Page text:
Daily Bread Food Bank's Annual Report on Hunger in Toronto
Key Demographics of Survey Respondents
Percent of those not born in Canada who have been in Toronto four years or less:
The number of recent newcomers coming to food banks in Toronto has decreased substantially since 2008. The increased cost of
housing in Toronto may mean it is no longer an “arrival city” for newcomers.
Since the recession, people are having a harder time climbing out of poverty. The average length of time coming to a food bank has
doubled from 1 year to 2 years since 2008.
Median length of time coming to a food bank
Trends in income support have changed in the last several decades. The nature of work has shifted from full time employment to
more part-time, casual employment. Employment based long term disability coverage has become less common, and more rely on
social assistance for support when a disability arises.
As the gaps in the social safety net become wider, the burden of cost is shifted to the individual – to the point where people go hungry to make ends meet.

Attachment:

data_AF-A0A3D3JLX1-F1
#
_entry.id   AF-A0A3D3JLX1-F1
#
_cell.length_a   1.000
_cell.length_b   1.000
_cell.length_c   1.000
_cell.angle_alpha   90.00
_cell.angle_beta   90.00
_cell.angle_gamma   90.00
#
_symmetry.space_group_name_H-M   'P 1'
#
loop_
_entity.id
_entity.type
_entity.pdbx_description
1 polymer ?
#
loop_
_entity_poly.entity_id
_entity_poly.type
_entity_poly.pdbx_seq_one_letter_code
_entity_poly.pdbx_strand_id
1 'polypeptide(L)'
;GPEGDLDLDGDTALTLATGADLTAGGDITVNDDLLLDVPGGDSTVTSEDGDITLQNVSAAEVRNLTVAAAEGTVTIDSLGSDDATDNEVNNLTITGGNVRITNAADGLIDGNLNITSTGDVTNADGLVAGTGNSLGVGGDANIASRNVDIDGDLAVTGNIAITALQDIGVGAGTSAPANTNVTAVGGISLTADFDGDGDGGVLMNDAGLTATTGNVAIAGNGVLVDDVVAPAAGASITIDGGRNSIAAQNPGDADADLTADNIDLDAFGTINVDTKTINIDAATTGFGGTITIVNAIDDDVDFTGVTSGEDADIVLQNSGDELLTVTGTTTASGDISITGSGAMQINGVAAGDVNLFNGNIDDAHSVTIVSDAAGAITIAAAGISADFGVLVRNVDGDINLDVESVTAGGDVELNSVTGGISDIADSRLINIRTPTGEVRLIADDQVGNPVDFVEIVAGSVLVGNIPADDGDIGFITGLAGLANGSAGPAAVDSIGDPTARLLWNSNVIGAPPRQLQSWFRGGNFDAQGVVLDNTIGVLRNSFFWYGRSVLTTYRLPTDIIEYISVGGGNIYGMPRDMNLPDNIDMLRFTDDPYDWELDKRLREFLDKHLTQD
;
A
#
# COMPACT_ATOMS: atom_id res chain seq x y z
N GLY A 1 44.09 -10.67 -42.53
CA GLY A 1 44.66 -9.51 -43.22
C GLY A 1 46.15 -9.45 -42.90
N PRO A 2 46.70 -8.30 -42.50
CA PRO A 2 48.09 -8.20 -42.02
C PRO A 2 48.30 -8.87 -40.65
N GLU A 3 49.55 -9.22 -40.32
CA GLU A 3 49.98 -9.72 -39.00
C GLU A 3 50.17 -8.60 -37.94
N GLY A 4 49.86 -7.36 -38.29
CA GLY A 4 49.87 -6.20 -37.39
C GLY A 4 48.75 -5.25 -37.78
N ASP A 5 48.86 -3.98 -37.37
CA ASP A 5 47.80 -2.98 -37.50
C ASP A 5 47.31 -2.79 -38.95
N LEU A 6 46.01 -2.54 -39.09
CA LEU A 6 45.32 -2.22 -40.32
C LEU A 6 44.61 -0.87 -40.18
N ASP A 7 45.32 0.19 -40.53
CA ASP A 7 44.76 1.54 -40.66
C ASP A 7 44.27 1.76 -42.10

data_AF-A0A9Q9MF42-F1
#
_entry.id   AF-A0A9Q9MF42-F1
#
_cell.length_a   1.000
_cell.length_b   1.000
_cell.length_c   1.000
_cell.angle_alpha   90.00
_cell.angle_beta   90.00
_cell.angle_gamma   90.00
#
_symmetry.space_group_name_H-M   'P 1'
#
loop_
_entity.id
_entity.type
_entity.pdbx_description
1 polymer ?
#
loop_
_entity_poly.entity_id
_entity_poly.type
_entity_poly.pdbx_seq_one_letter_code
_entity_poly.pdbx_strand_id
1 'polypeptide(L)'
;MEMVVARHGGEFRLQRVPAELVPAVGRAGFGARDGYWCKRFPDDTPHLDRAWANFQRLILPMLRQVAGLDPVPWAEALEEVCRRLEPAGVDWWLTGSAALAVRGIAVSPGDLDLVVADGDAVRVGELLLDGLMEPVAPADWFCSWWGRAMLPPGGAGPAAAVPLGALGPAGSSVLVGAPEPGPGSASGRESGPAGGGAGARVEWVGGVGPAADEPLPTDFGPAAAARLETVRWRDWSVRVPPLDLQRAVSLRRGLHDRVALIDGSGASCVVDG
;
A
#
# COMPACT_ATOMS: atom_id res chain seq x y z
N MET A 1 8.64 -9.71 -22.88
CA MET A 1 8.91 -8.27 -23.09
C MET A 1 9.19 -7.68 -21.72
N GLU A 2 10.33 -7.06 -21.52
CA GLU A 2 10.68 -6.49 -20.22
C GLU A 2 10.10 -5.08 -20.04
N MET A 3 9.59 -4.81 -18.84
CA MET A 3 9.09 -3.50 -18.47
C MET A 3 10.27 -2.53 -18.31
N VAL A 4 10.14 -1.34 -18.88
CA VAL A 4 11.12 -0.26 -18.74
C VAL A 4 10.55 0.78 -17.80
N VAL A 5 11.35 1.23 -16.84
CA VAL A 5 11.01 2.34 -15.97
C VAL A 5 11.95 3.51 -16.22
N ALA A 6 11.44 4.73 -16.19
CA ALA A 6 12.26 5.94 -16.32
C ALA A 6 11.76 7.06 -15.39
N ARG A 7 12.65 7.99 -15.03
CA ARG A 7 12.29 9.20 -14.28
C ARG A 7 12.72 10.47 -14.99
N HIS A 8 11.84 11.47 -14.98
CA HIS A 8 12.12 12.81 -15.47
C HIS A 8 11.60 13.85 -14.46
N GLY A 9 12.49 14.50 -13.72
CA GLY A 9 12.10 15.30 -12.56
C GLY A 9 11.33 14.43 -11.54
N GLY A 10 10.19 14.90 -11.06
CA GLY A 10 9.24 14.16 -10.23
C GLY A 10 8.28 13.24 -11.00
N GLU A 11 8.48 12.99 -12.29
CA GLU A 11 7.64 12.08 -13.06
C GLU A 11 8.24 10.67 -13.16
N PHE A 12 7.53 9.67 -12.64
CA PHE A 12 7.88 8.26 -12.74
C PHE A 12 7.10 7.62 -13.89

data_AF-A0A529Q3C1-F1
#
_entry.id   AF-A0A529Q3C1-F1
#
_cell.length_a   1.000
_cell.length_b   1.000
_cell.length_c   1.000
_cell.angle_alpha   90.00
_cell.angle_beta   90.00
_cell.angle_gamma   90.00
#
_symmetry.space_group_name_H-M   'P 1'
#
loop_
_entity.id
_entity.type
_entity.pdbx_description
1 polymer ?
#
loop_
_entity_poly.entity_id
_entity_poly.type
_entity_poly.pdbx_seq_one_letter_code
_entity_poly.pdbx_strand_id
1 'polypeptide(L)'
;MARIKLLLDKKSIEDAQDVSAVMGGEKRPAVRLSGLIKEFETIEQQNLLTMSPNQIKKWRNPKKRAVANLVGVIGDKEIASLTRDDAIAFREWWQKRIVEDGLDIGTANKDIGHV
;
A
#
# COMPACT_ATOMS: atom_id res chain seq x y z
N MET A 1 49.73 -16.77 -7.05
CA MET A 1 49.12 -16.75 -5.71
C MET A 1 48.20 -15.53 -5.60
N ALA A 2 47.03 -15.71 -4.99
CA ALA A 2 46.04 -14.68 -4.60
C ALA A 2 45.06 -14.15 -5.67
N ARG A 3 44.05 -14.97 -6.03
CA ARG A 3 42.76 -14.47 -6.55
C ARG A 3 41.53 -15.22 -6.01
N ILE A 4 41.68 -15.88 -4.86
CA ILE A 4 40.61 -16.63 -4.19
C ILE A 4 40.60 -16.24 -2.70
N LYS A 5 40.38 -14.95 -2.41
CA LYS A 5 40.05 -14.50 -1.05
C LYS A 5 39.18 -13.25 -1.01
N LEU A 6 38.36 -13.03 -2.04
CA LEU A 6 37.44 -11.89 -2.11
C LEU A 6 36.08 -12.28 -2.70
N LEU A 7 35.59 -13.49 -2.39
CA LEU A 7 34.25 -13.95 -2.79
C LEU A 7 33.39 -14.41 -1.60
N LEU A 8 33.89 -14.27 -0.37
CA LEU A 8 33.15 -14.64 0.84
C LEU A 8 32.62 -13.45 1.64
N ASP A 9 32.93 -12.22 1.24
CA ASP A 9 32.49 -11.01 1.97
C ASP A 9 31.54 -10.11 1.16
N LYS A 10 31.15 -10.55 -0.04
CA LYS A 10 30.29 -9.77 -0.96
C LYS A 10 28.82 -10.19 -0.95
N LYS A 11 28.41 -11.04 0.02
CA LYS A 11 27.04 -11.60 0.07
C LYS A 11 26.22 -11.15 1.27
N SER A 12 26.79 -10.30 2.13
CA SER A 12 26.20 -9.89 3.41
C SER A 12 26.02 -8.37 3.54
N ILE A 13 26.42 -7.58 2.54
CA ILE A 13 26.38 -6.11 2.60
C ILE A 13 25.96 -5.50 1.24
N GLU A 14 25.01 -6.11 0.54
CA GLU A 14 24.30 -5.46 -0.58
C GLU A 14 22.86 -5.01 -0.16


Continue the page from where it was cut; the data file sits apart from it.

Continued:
Top things people skipped meals for
The most common issue faced by food bank clients in Toronto, regardless of all else, is the per cent of their income they spend on their rent. It is the most pressing, non-negotiable expense, from which other necessities, including food, are sacrificed. For many clients coming to the food bank is the only way they are able to eat at all while maintaining their housing. For those receiving social assistance, being able to afford a place to live in Toronto is next to impossible without encroaching into money allotted for all other basic needs.
Percentage of income spent on rent and utilities:
Since 2008, the geographic distribution of food bank visits has changed drastically in Toronto. The inner suburbs have seen a 45 per cent increase, while the city core has seen a 16 per cent decrease during the same period. Overall, demand across the city is 12 per cent higher than 2008. Seven years after the recession, Toronto residents still struggle with precarious work, eroding social assistance rates, and rapidly rising costs of living.